It’s Okay to Be New: Why You Shouldn’t Be the Expert Right Away

Why It’s Okay to Be New

Physical therapists have a natural tendency to strive for excellence in all that we do. I firmly believe that if we weren’t dedicated to making the world a better place for a patient, we’d probably be in a different profession. So it’s natural that when we first get started in OncoPT, we are constantly trying to increase our knowledge of all the ins and outs of oncology Physical Therapy.

And sometimes in this quest to master cancer rehab, we sometimes forget to appreciate the process of becoming the expert practitioner. meaning that we don’t stop to learn the little lessons that our patients are trying to teach us.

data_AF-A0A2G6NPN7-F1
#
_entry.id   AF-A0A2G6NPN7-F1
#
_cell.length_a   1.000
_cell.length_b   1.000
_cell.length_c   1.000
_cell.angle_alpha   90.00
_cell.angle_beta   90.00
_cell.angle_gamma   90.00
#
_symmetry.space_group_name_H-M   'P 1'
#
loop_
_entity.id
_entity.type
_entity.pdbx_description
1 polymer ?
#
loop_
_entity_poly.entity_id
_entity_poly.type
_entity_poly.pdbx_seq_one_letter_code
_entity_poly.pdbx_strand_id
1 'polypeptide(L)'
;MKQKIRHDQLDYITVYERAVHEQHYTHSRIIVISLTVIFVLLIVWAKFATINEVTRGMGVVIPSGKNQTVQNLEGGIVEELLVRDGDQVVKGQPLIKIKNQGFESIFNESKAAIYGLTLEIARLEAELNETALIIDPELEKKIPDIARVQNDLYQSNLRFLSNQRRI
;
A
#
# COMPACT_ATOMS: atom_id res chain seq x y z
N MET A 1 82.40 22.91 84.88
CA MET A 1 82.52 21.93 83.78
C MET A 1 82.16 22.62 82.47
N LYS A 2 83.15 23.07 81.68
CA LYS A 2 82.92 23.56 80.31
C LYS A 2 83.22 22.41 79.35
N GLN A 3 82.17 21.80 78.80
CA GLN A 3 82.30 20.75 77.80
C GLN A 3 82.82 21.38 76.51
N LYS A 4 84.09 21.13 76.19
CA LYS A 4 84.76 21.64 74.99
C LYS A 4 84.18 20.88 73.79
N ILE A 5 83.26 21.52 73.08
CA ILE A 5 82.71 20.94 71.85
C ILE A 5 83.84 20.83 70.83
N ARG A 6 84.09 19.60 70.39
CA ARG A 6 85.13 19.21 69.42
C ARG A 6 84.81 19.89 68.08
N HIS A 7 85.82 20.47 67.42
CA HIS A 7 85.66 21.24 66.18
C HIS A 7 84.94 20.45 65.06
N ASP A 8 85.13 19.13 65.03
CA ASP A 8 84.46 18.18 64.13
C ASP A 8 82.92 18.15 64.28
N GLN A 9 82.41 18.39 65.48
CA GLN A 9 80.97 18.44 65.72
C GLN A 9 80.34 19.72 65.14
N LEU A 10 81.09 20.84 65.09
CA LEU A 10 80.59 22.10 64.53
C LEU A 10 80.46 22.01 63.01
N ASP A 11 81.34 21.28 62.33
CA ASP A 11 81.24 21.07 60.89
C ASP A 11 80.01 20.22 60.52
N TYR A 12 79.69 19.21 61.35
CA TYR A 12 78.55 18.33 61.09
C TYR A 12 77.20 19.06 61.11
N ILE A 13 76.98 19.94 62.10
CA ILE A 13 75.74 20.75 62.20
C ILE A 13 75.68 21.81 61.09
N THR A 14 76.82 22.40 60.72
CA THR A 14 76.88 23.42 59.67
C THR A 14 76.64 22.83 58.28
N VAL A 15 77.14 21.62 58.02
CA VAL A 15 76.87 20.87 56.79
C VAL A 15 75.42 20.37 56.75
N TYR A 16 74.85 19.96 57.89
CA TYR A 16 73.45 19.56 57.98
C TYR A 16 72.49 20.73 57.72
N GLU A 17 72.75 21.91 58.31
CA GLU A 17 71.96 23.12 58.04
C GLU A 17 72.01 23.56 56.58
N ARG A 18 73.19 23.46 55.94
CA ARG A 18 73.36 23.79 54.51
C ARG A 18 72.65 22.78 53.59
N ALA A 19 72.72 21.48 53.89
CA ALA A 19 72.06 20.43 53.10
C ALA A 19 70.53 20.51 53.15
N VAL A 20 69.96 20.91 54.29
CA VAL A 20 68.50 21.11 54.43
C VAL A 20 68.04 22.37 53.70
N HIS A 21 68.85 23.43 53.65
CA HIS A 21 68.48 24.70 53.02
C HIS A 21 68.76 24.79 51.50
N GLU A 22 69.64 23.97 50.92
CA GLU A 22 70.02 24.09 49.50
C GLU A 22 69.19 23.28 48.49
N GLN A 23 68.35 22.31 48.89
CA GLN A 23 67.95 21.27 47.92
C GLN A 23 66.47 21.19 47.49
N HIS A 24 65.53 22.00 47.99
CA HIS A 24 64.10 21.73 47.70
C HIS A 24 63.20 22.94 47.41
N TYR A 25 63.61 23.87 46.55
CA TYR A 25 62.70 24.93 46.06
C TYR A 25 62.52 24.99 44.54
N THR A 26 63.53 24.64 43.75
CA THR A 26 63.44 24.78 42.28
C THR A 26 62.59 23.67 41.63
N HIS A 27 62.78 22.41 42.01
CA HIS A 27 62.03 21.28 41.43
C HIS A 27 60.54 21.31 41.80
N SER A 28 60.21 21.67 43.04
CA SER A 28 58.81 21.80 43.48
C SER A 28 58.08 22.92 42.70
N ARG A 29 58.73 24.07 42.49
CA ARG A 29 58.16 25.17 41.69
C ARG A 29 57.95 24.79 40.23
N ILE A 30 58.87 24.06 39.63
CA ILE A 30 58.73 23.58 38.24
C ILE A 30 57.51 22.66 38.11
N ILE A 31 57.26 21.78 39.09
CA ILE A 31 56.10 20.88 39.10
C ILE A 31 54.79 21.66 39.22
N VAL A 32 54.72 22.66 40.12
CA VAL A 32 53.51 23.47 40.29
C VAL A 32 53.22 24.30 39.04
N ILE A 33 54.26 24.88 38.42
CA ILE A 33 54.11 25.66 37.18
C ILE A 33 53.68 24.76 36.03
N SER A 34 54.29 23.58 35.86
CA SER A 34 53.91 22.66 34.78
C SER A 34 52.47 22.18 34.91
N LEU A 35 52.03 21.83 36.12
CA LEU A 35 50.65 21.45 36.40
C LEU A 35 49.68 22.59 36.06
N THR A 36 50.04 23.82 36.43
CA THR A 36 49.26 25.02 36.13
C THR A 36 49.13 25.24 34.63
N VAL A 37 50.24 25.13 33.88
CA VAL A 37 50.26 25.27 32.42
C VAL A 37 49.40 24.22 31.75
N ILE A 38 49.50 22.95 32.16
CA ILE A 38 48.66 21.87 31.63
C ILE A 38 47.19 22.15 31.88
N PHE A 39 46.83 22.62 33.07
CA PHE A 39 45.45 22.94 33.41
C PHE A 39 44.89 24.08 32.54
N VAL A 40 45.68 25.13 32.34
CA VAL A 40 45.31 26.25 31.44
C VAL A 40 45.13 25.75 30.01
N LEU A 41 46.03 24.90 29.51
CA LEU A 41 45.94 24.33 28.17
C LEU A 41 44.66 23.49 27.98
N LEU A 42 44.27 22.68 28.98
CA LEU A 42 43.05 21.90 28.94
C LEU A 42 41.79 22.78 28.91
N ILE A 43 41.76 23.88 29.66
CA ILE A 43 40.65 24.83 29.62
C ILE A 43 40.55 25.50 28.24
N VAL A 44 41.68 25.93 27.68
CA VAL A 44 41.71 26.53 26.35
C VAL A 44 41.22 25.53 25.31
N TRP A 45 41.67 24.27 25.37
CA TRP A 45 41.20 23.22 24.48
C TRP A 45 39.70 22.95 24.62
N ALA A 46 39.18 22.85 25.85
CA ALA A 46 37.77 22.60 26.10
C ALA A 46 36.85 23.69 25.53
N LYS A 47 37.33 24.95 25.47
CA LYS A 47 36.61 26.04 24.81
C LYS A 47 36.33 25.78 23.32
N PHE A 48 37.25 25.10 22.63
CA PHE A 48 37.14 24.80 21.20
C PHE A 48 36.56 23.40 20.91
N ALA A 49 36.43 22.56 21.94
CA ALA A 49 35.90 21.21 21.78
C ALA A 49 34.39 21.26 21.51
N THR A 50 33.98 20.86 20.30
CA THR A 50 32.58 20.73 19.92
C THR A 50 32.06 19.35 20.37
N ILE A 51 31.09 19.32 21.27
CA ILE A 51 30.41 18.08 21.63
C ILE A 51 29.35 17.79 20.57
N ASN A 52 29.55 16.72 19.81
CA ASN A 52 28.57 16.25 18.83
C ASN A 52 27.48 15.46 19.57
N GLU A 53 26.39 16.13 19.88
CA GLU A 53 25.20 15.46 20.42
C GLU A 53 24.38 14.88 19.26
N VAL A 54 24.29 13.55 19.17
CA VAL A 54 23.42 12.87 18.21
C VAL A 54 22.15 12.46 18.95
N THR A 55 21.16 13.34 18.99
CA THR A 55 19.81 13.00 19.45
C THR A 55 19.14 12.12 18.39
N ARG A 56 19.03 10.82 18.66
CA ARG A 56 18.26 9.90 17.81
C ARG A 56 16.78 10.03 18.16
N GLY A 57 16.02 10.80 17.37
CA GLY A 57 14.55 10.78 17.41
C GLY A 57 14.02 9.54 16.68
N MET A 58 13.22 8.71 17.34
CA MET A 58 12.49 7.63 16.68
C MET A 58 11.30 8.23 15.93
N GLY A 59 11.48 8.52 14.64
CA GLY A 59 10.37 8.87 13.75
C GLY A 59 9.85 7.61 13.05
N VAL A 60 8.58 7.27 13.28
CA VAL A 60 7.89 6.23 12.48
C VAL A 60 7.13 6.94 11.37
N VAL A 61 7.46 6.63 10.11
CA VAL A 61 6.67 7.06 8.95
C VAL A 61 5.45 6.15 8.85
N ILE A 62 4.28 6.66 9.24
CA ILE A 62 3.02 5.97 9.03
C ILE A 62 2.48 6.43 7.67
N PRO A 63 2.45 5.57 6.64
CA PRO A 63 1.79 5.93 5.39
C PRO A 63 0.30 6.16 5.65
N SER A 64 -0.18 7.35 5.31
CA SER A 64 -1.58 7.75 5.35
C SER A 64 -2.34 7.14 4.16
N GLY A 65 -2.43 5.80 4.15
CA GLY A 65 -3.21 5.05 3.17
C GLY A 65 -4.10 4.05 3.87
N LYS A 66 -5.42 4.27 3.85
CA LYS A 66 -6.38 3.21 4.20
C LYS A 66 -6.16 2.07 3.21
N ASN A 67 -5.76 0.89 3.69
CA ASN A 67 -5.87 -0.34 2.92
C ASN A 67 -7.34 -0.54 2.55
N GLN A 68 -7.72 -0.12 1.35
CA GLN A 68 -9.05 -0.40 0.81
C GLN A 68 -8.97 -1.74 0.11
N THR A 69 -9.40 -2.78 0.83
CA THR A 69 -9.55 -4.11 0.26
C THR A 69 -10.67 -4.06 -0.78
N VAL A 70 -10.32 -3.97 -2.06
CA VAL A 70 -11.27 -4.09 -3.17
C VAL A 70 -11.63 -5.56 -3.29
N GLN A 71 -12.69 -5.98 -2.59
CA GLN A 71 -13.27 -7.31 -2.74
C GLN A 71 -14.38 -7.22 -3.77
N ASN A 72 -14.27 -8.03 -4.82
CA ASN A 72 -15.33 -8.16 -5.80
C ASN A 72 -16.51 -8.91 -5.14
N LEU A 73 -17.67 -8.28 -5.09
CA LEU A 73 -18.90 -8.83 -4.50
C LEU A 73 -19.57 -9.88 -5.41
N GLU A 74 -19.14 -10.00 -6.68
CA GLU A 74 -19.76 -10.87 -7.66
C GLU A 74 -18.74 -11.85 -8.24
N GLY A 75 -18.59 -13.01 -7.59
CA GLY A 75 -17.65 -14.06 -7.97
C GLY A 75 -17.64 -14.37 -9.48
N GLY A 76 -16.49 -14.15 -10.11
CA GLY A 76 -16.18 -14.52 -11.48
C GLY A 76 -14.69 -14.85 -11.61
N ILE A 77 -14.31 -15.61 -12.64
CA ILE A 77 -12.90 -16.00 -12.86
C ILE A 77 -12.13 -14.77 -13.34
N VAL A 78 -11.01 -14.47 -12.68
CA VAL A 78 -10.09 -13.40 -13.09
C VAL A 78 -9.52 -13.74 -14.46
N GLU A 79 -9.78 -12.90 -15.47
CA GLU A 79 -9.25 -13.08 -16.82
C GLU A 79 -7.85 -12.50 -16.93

Now this may seem really counter-intuitive considering that I’m very pro specialization, I’m very in support of always improving and expanding our knowledge and appreciation for expert oncology care. But in today’s episode, I’m going to explain why it’s okay to be new. In fact we should enjoy being new and really lean into our role as novice oncology physical therapists. 

What I consider “new”

Depending on who you talk to, new means different things. for me when I’m thinking about being a newer oncology physical therapist, I imagine a therapist choose either brand new to the profession within the first three to five years (yes that includes me still) or even if it’s a good therapist has been practicing for a while but is new to the oncology side of things, again that 3 to 5 year range.

Now new does not mean dumb, slow, lazy, or anything negative. New is a state of opportunity.  New means a beginning, to build a foundation upon which our whole career launches.